The chair is designed as a blend of traditional and modern materials. With this in mind, I also chose the name PRAMOD(ern) CHAIR. I approached the design with the intention of creating a modern chair with a streamlined construction that consists only of the essential elements necessary for existence. When I arrived at the final shape, I realized that two sections of the chair were remarkably similar in shape, differing only in dimensions. The first section consists of the front legs, armrests, and backrest. The second section comprises the sides of the seat, rear legs, and connector between the legs. Upon realizing this, I decided that the seat should not stand out and detract attention from the construction. Therefore, the chair is composed of two materials: the frame is made of solid oak wood, finished with a technique of oiling. The seat consists of eight rods made of epoxy resin, which is transparent. Epoxy resin has been appearing in unique furniture pieces for some years now, but (in my opinion) rarely in an interesting and intelligent way. Therefore, it was crucial for me that its use had significance and that, in combination with wood, it served it rather than dominated it. By being unobtrusive, it allows us to see the beauty of the wood even more clearly.


The image of a copperplate on the cover of Laugier's Essays, depicting a primitive hut, is likely unfamiliar to many. Four tree trunks, with a roof structure of branches between them - a pre-construction that speaks not only of the idealized beginnings of building but also of the importance of harmony between humans and nature. In our region, there exists a unique monument to such primitive architecture - the hayrack. "The hayrack is a culture that defines the landscape of Slovenia the most; over time, it has become part of this landscape, like trees and fields, as if it had always been there." Stele, 1955. People recognize the invaluable heritage in hayracks, but regardless, it has lost its true role forever. Perhaps the time has come to transfer the idea of the hayrack, about the primal harmony between humans and nature and the quality use of wood, to other products. Let's start with a chair. The chair consistently references the construction of the "toplar," made of wooden sticks that are interconnected by notching and mortising as in hayracks. The "rafters" and "beam" provide shelter for the chair, with additional rigidity provided by a seat made of acrylic glass, allowing an unobstructed view of the magnificent construction of the chair. Just as the year of construction is engraved on hayracks, the year of manufacture is also marked on the chair. The ends of three metal crossbars are painted in the color of the year chosen by the Pantone Institute. As a tribute to the Kočevje Forest, spruce wood is used, while smoked oak is used for the darker version. Oak is, after all, the most common construction material for hayracks.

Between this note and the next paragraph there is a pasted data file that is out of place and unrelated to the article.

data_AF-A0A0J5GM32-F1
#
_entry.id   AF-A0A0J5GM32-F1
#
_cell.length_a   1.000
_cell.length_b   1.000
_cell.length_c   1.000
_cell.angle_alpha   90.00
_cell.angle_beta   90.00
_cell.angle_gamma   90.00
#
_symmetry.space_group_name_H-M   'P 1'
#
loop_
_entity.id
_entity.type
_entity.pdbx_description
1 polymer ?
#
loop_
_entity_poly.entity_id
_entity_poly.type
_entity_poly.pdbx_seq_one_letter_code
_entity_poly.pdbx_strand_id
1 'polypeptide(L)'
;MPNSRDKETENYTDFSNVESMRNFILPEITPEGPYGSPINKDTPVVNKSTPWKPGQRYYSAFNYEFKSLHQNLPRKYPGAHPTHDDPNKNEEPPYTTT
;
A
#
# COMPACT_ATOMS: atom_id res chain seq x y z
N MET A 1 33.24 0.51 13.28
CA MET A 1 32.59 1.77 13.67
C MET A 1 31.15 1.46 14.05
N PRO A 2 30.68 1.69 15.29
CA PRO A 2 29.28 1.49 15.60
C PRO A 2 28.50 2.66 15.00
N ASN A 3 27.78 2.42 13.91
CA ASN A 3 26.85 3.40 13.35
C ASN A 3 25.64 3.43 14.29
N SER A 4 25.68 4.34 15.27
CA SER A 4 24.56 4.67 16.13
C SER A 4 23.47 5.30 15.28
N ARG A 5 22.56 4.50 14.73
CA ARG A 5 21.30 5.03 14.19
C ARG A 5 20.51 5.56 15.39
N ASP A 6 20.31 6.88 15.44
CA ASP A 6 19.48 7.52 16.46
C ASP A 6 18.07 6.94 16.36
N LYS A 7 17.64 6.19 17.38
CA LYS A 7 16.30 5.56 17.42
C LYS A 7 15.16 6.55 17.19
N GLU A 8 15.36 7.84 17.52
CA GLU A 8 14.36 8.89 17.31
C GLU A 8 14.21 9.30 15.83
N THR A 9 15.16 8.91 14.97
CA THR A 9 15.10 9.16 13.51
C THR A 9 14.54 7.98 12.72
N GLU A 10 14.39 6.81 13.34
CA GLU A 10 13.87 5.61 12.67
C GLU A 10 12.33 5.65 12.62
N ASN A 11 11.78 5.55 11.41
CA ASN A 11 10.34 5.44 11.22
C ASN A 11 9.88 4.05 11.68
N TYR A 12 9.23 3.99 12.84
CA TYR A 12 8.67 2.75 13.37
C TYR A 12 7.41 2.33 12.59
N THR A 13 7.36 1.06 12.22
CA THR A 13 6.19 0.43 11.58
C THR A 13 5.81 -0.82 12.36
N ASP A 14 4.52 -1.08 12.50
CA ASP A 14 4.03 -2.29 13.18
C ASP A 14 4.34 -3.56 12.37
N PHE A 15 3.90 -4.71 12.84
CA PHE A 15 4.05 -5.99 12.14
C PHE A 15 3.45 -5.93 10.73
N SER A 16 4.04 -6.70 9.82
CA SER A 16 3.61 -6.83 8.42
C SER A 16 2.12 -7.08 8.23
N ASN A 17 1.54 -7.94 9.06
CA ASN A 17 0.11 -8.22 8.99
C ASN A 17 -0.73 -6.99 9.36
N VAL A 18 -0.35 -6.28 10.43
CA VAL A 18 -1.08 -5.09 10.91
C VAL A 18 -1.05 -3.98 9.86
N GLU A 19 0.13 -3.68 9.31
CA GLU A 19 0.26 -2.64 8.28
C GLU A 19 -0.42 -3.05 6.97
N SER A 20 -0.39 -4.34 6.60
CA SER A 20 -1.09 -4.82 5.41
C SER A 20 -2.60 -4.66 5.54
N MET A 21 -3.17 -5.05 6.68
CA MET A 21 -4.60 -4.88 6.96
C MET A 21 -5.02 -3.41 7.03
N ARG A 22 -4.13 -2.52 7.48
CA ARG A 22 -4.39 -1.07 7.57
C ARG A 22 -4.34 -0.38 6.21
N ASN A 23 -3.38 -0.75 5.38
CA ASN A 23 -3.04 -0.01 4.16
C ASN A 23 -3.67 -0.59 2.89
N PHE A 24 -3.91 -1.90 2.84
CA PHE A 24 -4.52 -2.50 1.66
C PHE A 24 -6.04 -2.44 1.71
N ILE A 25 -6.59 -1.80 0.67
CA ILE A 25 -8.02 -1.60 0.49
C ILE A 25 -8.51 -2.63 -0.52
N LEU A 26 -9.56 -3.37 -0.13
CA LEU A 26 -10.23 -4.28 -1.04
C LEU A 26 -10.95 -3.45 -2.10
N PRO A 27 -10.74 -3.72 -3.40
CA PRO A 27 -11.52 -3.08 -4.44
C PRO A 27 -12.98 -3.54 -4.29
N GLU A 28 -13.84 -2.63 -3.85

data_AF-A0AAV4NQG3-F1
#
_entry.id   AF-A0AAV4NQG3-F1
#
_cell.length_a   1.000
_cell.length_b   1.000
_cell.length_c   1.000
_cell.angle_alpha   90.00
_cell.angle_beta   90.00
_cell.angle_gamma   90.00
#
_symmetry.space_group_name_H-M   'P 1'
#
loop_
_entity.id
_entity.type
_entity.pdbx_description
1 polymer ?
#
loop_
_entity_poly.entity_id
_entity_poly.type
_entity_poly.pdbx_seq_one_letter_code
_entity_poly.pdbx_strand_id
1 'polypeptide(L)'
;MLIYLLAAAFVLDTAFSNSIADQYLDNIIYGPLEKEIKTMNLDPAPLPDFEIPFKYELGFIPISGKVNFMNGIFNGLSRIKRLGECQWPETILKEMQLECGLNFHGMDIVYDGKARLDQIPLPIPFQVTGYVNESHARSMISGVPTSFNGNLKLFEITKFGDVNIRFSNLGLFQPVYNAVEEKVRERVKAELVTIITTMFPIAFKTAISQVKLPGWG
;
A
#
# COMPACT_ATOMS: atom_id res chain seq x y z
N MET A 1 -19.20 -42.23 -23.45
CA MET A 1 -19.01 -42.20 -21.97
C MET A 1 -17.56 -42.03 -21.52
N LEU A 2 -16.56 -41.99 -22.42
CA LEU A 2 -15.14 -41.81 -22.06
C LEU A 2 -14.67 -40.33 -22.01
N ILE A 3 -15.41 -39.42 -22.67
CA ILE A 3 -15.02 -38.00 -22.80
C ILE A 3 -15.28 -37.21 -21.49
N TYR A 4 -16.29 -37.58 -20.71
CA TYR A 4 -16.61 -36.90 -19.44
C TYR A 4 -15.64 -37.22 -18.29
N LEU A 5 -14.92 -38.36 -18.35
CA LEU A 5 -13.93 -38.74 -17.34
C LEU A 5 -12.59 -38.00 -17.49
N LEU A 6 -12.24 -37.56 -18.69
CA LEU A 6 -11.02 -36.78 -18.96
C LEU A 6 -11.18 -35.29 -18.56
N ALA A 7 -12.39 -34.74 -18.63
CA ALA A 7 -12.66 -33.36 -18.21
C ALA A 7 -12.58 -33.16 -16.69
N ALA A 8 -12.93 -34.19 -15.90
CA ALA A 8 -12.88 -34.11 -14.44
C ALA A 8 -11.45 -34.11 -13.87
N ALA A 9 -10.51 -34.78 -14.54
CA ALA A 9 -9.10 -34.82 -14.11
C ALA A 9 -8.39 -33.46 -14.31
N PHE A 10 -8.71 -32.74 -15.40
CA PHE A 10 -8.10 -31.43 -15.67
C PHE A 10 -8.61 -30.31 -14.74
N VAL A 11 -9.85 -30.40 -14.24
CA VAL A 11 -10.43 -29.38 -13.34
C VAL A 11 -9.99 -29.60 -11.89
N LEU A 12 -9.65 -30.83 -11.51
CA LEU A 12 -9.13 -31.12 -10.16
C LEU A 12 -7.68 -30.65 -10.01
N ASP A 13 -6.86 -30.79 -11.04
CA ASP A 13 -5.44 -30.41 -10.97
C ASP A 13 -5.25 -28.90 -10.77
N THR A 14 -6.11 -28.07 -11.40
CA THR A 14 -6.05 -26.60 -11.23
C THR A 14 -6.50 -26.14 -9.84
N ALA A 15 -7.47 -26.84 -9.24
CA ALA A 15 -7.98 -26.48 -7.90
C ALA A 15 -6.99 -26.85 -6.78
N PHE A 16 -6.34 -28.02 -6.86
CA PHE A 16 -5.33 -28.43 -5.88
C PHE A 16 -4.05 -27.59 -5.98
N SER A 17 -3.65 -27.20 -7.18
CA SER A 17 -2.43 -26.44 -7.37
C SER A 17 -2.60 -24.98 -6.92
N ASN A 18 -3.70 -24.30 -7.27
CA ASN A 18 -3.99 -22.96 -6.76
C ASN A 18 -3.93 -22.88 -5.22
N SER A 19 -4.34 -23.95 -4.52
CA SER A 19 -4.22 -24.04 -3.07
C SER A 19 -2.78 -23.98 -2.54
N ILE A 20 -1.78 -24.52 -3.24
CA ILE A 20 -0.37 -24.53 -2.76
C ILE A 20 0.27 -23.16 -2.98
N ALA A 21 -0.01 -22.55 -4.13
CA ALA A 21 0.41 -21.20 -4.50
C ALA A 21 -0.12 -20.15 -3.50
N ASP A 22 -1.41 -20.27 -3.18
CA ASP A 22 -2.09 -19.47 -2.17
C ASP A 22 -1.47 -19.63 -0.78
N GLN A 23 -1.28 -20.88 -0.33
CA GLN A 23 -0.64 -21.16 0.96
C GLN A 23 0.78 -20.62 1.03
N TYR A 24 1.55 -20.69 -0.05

The reclining chair Hashtag draws inspiration from wood in its purest (industrialized) state, flat wooden boards. Boards with constant thickness allow the preservation and highlighting of the beautiful texture and structural capabilities of wood. Because of this and its almost architectural construction, the design looks like a monolithic structure. Hashtag, in its design, refers to classic loungers and recliners, such as the Adirondack chair by Thomas Lee from 1905. The design pays homage to Lee's chair by using a single 3-meter-long piece of wood to make the main pieces. In doing so, we respect the forest and the material it provides us.


The furniture is a bench for a man and a half, combining two farmhouse chairs. It was inspired by close seating, which can create a suitable atmosphere for social gatherings and nurturing our personal relationships. If couples or adults with children want to sit down, they should truly come closer both figuratively and literally. The traditional approach is being transferred into our current culture with authentic forms. The Closer chair reflects the appearance of traditional furniture, more precisely the simple, clean lines of farmhouse chairs. The chair elegantly balances design, folk art, and fine art.